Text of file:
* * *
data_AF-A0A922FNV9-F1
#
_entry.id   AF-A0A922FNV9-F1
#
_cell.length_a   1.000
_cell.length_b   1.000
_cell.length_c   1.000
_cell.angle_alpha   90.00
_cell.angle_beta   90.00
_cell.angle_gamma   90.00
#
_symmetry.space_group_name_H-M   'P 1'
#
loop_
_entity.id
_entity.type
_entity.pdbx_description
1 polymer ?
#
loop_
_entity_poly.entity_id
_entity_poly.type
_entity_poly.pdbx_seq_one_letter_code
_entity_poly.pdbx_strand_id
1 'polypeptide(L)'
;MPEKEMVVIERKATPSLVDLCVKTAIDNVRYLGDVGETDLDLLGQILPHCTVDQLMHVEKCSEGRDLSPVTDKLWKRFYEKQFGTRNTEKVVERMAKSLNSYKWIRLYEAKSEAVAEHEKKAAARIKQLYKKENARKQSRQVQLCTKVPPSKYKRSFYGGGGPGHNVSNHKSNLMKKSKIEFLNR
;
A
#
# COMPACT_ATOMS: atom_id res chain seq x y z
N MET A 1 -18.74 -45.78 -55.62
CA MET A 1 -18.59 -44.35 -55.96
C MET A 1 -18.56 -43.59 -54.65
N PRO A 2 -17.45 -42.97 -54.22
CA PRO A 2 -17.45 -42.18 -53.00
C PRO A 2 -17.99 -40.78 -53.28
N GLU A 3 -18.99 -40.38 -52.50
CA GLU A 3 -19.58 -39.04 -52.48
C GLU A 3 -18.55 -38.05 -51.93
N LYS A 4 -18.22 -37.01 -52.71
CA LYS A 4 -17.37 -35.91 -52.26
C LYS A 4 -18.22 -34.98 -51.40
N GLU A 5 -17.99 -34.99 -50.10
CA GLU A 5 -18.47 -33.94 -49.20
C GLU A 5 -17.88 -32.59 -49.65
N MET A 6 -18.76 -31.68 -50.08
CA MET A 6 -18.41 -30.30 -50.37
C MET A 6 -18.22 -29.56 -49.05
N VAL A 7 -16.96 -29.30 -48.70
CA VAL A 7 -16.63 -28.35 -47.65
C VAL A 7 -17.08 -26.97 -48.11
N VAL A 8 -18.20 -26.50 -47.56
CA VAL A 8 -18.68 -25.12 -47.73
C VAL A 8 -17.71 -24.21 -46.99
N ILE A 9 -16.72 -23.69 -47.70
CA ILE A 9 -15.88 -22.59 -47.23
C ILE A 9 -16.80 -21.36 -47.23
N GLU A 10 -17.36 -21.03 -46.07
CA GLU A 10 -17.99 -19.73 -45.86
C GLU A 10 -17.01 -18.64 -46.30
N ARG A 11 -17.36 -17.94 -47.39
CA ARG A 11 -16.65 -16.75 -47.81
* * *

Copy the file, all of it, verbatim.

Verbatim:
data_AF-A0A922FNV9-F1
#
_entry.id   AF-A0A922FNV9-F1
#
_cell.length_a   1.000
_cell.length_b   1.000
_cell.length_c   1.000
_cell.angle_alpha   90.00
_cell.angle_beta   90.00
_cell.angle_gamma   90.00
#
_symmetry.space_group_name_H-M   'P 1'
#
loop_
_entity.id
_entity.type
_entity.pdbx_description
1 polymer ?
#
loop_
_entity_poly.entity_id
_entity_poly.type
_entity_poly.pdbx_seq_one_letter_code
_entity_poly.pdbx_strand_id
1 'polypeptide(L)'
;MPEKEMVVIERKATPSLVDLCVKTAIDNVRYLGDVGETDLDLLGQILPHCTVDQLMHVEKCSEGRDLSPVTDKLWKRFYEKQFGTRNTEKVVERMAKSLNSYKWIRLYEAKSEAVAEHEKKAAARIKQLYKKENARKQSRQVQLCTKVPPSKYKRSFYGGGGPGHNVSNHKSNLMKKSKIEFLNR
;
A
#
# COMPACT_ATOMS: atom_id res chain seq x y z
N MET A 1 -18.74 -45.78 -55.62
CA MET A 1 -18.59 -44.35 -55.96
C MET A 1 -18.56 -43.59 -54.65
N PRO A 2 -17.45 -42.97 -54.22
CA PRO A 2 -17.45 -42.18 -53.00
C PRO A 2 -17.99 -40.78 -53.28
N GLU A 3 -18.99 -40.38 -52.50
CA GLU A 3 -19.58 -39.04 -52.48
C GLU A 3 -18.55 -38.05 -51.93
N LYS A 4 -18.22 -37.01 -52.71
CA LYS A 4 -17.37 -35.91 -52.26
C LYS A 4 -18.22 -34.98 -51.40
N GLU A 5 -17.99 -34.99 -50.10
CA GLU A 5 -18.47 -33.94 -49.20
C GLU A 5 -17.88 -32.59 -49.65
N MET A 6 -18.76 -31.68 -50.08
CA MET A 6 -18.41 -30.30 -50.37
C MET A 6 -18.22 -29.56 -49.05
N VAL A 7 -16.96 -29.30 -48.70
CA VAL A 7 -16.63 -28.35 -47.65
C VAL A 7 -17.08 -26.97 -48.11
N VAL A 8 -18.20 -26.50 -47.56
CA VAL A 8 -18.68 -25.12 -47.73
C VAL A 8 -17.71 -24.21 -46.99
N ILE A 9 -16.72 -23.69 -47.70
CA ILE A 9 -15.88 -22.59 -47.23
C ILE A 9 -16.80 -21.36 -47.23
N GLU A 10 -17.36 -21.03 -46.07
CA GLU A 10 -17.99 -19.73 -45.86
C GLU A 10 -17.01 -18.64 -46.30
N ARG A 11 -17.36 -17.94 -47.39
CA ARG A 11 -16.65 -16.75 -47.81